Sex Killers Not Anti-Social Loners, B.C. Study Suggests

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SEX KILLER
A Simon Fraser University study finds that sex killers are not often anti-social. (Alamy) | Alamy

One of the largest studies of sexual killers ever undertaken in Canada has turned up some surprising findings about how socially normal they may actually appear.

Contrary to previous research, B.C. criminologist Eric Beauregard says his study's larger sample size shows sexually motivated killers aren't generally loners.

"Many of these guys were looking to have social activities with people and they were good at interacting with people," said Beauregard, who teaches at Simon Fraser University in Burnaby, B.C.

Beauregard says a significant number of sexual killers developed the social skills necessary to get close to their victims.

"So it's important to consider the fact that some of these guys are actually good with people and instead of using a blitz approach to get their victims, they can actually use a ruse or a con," he said.

The study, which was conducted with Melissa Martineau of the RCMP, looked at 350 solved and unsolved cases of sexual homicide dating back 62 years from across Canada, with the aim of helping police investigators investigating similar crimes.

No prior sexual convictions

Another surprising finding is that 80 per cent of the killers had no prior sexual convictions, but on average they had 1.7 convictions for violent offences and 7.3 convictions for property offences.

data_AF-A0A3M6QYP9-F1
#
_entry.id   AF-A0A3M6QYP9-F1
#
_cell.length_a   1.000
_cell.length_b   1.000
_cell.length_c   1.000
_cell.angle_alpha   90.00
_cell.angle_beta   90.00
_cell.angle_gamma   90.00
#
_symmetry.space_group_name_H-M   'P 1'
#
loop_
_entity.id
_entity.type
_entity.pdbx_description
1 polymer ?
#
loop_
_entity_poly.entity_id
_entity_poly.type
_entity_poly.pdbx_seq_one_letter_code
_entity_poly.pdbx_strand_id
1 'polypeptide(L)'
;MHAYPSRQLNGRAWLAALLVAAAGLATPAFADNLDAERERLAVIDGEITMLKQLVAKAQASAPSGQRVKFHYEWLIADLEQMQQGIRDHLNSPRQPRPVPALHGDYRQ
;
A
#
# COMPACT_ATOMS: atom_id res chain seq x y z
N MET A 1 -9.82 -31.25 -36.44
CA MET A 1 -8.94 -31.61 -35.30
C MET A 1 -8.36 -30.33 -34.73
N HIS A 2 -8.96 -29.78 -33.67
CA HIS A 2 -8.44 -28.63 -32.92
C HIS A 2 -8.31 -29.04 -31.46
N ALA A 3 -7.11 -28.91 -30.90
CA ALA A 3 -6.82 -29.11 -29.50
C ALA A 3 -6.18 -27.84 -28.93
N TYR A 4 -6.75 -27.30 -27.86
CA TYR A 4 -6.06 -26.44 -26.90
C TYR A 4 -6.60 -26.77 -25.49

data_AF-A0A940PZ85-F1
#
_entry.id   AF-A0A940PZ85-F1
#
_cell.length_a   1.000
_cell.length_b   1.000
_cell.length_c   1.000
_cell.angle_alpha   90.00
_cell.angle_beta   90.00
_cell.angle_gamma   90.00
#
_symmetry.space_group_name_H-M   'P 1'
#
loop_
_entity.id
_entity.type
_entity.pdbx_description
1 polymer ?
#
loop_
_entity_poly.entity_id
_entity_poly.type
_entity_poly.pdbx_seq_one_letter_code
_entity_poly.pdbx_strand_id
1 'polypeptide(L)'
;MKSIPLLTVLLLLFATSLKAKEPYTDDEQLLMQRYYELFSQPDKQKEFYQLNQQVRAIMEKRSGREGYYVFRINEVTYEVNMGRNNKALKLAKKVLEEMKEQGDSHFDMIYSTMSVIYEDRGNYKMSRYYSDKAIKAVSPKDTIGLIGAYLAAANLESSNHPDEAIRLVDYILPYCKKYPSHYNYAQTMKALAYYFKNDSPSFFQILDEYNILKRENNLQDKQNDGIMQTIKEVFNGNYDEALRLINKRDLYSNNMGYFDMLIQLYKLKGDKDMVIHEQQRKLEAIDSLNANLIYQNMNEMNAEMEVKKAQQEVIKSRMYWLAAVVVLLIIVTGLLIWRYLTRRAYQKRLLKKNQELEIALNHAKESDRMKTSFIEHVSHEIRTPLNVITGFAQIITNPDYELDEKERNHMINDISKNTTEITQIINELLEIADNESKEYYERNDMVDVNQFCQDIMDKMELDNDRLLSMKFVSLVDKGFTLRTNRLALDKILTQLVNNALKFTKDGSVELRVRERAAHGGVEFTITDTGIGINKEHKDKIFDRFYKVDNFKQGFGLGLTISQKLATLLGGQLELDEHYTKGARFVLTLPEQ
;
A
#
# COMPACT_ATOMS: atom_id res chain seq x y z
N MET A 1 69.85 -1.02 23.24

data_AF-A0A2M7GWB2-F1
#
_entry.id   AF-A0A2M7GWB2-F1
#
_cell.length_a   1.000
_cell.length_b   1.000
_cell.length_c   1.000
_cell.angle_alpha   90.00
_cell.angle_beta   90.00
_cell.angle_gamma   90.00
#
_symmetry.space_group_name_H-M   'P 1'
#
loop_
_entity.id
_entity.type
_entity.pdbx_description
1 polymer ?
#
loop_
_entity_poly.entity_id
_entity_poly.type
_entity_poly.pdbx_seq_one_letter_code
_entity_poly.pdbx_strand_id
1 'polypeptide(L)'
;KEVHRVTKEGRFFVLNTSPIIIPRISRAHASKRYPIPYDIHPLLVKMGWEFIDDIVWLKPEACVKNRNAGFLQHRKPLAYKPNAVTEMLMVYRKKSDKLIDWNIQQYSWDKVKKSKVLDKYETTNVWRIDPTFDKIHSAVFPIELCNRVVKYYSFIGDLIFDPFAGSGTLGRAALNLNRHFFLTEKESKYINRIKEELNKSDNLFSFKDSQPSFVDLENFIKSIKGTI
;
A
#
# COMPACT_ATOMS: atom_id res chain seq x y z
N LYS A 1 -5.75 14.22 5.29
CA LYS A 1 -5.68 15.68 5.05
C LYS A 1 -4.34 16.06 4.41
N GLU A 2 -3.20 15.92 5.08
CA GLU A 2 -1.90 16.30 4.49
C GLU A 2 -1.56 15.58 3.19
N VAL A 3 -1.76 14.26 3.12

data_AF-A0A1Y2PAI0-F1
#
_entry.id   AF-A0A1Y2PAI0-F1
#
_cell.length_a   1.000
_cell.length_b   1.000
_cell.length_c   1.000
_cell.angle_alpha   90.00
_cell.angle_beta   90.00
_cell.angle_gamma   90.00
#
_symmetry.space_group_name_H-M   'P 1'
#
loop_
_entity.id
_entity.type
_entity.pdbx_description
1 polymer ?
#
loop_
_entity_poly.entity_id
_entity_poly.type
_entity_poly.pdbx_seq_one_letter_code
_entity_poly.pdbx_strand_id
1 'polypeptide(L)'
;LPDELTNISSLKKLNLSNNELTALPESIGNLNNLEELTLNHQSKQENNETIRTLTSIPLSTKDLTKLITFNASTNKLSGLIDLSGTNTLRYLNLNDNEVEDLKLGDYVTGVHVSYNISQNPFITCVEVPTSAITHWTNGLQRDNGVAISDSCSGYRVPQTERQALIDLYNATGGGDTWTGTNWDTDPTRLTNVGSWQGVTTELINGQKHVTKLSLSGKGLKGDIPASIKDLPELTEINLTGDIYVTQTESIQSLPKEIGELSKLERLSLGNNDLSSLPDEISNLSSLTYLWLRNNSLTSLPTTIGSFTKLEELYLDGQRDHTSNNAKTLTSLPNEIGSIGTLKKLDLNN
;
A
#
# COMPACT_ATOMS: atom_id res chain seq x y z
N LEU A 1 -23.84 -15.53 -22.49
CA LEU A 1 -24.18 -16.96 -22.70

"I think this is important to know because if you are focusing the investigation on registered sexual offenders you may waste a lot of time, a lot of effort, on an avenue that will prove unsuccessful," he said

Beauregard found the average sexual killer in Canada was male, single, white, 28, with a thin or average build

The study found the victims had an average age of 27, 90 per cent were female, 62 per cent were white and 33 per cent were aboriginal. More than a third abused alcohol, a quarter abused drugs, a third were known to party or socialize, and 17 per cent were known to work in prostitution.

More than 80 per cent of the victims appeared to be selected at random rather than specifically targeted.

Prior to the attacks, 20 per cent of the victims were engaged in domestic activities, 17 per cent were jogging or walking, 11 per cent were partying, 10 per cent were hitchhiking, 10 per cent were socializing at a bar and eight per cent were working as prostitutes.

And in more than 40 per cent of the cases, the attackers used a con or a ruse to approach their victims, while only 20 per cent either surprised them or overpowered them.

Beauregard said he hoped the study could prove useful for police investigation and profiling of sexual killings.

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